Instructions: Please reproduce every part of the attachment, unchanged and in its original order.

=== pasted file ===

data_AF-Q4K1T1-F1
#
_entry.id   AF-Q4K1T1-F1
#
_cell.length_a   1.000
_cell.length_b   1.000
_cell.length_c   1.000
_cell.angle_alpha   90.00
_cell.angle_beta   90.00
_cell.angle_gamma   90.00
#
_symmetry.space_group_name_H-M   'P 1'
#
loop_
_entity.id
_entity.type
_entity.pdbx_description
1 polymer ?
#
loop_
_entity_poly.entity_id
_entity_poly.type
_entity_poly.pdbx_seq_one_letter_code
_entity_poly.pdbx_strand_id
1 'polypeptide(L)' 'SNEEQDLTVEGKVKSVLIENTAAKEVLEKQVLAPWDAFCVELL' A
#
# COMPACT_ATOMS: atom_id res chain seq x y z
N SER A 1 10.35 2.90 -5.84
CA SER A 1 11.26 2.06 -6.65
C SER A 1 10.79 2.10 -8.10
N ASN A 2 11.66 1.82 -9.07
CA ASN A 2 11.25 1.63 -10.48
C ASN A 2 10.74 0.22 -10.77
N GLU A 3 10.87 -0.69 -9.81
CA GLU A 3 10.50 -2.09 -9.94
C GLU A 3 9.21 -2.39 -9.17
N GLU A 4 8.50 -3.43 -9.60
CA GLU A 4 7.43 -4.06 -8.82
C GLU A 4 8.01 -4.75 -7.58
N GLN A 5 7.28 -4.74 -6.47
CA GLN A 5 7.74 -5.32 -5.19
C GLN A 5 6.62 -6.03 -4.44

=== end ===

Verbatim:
data_AF-Q4K1T1-F1
#
_entry.id   AF-Q4K1T1-F1
#
_cell.length_a   1.000
_cell.length_b   1.000
_cell.length_c   1.000
_cell.angle_alpha   90.00
_cell.angle_beta   90.00
_cell.angle_gamma   90.00
#
_symmetry.space_group_name_H-M   'P 1'
#
loop_
_entity.id
_entity.type
_entity.pdbx_description
1 polymer ?
#
loop_
_entity_poly.entity_id
_entity_poly.type
_entity_poly.pdbx_seq_one_letter_code
_entity_poly.pdbx_strand_id
1 'polypeptide(L)' 'SNEEQDLTVEGKVKSVLIENTAAKEVLEKQVLAPWDAFCVELL' A
#
# COMPACT_ATOMS: atom_id res chain seq x y z
N SER A 1 10.35 2.90 -5.84
CA SER A 1 11.26 2.06 -6.65
C SER A 1 10.79 2.10 -8.10
N ASN A 2 11.66 1.82 -9.07
CA ASN A 2 11.25 1.63 -10.48
C ASN A 2 10.74 0.22 -10.77
N GLU A 3 10.87 -0.69 -9.81
CA GLU A 3 10.50 -2.09 -9.94
C GLU A 3 9.21 -2.39 -9.17
N GLU A 4 8.50 -3.43 -9.60
CA GLU A 4 7.43 -4.06 -8.82
C GLU A 4 8.01 -4.75 -7.58
N GLN A 5 7.28 -4.74 -6.47
CA GLN A 5 7.74 -5.32 -5.19
C GLN A 5 6.62 -6.03 -4.44